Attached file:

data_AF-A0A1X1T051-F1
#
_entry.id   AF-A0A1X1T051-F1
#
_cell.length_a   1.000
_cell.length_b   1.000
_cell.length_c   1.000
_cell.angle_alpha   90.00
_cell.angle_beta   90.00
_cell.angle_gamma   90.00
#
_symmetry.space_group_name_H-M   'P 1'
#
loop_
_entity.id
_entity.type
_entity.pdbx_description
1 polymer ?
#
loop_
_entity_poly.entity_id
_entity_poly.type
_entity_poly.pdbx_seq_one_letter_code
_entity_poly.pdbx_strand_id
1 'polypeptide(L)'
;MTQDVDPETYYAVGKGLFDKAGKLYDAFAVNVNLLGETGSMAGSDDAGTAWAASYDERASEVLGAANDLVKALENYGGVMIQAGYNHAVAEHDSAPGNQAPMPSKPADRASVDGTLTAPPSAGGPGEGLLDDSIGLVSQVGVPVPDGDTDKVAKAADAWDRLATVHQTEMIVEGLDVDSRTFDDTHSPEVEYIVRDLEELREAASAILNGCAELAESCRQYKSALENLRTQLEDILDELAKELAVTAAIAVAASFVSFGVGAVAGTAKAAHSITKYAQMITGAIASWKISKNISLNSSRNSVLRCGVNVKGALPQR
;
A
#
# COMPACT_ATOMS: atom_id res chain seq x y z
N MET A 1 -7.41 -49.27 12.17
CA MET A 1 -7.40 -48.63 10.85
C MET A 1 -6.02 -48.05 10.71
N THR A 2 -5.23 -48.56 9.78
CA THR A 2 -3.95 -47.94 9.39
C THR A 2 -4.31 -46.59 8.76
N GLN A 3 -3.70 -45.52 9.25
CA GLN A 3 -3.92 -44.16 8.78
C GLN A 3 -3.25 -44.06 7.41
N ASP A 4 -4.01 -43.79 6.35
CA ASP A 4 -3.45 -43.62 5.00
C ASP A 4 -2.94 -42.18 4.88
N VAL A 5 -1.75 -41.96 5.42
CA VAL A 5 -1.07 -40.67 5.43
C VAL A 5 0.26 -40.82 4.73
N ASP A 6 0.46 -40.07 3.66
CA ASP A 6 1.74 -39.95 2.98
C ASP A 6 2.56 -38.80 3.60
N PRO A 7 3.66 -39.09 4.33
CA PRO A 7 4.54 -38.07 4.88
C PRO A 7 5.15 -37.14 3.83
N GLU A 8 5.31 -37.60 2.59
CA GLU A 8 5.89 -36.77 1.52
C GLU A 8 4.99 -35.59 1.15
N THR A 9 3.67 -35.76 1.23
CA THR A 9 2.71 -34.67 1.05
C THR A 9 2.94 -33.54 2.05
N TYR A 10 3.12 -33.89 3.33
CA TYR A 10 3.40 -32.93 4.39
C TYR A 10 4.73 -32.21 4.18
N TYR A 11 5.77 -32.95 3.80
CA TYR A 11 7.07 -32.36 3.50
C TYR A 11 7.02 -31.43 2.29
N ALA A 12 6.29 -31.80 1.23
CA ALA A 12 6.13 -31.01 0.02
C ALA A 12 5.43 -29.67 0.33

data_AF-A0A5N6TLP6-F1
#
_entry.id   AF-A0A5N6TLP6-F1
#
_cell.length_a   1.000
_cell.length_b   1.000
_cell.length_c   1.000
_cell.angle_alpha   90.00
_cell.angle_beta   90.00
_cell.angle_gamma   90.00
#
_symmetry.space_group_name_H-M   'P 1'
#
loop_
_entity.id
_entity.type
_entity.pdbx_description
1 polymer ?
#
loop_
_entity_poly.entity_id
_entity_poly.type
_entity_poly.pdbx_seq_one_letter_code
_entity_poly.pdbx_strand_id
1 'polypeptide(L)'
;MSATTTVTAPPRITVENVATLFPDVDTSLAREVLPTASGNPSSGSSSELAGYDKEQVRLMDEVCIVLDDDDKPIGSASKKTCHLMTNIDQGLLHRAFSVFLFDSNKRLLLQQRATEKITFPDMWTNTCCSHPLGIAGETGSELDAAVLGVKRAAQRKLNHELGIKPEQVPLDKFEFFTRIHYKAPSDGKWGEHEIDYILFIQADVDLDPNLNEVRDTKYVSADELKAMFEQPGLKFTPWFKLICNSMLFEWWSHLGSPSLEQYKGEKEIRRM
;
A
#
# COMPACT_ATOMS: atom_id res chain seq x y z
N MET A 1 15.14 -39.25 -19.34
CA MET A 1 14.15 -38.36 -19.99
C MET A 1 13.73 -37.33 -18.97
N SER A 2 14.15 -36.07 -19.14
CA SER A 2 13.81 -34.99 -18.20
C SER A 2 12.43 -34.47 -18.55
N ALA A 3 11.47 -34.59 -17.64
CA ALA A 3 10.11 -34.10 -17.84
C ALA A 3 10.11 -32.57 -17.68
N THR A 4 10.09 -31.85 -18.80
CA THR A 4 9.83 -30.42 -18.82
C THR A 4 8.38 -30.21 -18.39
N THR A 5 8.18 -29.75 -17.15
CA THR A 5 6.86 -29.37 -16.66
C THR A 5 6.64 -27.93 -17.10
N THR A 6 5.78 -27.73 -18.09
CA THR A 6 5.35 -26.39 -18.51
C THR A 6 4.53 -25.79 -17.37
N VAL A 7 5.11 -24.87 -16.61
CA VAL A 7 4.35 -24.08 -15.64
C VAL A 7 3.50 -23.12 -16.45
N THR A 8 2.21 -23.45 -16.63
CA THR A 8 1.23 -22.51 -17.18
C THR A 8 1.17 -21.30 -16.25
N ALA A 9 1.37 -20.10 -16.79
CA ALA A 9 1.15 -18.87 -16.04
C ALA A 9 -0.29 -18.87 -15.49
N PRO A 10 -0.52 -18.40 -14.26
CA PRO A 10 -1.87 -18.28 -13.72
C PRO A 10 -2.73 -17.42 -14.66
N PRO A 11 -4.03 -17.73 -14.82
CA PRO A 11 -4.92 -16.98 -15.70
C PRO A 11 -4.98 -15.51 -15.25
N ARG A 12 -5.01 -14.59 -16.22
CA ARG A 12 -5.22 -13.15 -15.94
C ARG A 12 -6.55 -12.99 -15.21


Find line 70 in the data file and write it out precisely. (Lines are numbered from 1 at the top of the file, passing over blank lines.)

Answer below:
#